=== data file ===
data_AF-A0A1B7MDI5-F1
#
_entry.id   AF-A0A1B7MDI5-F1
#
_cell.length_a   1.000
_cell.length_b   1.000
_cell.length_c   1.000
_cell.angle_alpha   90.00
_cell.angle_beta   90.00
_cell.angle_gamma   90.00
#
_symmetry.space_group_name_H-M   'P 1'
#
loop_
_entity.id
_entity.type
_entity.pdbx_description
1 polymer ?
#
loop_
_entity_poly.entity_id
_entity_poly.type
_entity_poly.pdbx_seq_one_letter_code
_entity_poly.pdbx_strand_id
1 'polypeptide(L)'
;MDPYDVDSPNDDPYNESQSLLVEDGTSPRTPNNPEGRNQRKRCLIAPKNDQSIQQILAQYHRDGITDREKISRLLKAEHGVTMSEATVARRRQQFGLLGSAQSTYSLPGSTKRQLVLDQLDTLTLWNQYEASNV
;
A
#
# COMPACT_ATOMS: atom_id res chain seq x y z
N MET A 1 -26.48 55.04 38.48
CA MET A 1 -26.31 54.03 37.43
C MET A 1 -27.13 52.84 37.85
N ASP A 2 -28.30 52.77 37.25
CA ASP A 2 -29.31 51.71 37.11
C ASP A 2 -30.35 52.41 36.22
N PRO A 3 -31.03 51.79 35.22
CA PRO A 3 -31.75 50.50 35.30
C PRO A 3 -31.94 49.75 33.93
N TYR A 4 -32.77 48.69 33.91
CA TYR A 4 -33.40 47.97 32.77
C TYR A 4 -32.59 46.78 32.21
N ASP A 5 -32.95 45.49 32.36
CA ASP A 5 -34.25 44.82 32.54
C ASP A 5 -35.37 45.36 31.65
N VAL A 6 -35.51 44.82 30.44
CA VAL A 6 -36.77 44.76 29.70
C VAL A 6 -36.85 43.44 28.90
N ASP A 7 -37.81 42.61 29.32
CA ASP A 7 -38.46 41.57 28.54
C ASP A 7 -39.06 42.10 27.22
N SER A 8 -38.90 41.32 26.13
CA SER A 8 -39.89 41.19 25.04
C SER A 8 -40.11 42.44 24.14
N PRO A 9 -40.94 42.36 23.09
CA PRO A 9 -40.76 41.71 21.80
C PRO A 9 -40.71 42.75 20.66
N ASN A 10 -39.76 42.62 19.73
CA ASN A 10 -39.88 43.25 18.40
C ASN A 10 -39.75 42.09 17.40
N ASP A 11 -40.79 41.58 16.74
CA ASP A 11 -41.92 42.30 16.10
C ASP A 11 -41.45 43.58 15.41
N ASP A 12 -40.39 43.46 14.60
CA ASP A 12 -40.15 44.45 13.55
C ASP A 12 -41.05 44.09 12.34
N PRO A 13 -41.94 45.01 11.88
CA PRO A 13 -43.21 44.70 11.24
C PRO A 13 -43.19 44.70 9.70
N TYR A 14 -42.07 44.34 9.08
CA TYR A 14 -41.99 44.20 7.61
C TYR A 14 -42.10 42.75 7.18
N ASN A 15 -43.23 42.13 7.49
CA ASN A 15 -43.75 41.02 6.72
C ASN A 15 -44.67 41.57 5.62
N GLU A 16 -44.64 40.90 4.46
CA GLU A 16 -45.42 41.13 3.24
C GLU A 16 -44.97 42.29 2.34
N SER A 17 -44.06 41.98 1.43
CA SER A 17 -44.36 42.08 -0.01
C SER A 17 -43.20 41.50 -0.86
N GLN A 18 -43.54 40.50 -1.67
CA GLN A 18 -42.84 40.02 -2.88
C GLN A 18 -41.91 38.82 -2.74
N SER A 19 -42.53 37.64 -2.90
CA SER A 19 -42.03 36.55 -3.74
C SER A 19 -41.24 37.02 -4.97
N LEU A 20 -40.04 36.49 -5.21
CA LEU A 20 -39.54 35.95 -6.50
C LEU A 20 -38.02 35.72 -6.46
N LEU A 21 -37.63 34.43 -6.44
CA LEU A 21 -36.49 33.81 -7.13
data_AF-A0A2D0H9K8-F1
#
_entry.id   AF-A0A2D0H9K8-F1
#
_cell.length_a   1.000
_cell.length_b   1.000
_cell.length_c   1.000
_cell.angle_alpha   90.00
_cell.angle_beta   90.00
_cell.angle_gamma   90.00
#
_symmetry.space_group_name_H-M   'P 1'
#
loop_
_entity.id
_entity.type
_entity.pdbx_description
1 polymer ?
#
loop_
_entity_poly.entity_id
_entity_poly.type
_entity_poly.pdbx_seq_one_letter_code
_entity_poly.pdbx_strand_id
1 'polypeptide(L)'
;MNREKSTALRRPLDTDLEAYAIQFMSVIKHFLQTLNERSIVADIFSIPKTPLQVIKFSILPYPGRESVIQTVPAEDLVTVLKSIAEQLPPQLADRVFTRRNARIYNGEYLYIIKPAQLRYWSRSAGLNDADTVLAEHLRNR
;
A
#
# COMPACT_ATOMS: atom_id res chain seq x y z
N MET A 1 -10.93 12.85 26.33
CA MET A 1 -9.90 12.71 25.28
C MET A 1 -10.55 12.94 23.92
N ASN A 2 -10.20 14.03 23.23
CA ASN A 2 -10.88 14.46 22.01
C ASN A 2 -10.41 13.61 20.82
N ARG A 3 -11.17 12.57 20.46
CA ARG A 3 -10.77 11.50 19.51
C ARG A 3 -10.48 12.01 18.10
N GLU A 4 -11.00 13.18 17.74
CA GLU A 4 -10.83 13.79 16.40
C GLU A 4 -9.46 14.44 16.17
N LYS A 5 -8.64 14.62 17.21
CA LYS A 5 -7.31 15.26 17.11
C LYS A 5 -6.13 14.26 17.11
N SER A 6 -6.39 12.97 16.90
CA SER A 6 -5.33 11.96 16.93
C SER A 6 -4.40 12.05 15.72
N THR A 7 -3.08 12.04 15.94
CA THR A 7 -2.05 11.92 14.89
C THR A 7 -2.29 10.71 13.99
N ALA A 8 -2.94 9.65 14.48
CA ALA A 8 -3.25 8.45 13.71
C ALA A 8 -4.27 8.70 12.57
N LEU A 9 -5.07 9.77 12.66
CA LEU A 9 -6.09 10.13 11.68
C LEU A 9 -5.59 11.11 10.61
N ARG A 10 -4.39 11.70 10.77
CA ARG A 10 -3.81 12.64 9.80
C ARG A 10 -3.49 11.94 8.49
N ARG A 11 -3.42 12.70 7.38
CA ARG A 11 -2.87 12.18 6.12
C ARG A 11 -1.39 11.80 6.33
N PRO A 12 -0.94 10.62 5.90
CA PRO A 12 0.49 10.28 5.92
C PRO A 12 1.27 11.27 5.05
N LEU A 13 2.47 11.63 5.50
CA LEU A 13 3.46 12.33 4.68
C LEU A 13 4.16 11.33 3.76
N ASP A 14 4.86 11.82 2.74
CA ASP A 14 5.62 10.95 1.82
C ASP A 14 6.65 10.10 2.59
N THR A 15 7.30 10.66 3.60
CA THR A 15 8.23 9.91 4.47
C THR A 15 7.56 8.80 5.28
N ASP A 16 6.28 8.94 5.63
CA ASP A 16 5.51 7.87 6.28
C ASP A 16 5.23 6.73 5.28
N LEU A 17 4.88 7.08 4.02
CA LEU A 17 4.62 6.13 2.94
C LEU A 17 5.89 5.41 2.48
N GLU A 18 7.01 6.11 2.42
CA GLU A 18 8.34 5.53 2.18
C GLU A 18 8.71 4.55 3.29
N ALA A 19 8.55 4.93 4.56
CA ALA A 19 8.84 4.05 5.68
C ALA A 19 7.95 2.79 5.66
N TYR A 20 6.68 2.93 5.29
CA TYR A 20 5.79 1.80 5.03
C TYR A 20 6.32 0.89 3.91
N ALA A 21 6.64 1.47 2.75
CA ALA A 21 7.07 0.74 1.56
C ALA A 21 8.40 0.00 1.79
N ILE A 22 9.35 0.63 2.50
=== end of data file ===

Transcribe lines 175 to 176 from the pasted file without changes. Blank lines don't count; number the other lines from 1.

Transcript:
CA GLU A 18 8.34 5.53 2.18
C GLU A 18 8.71 4.55 3.29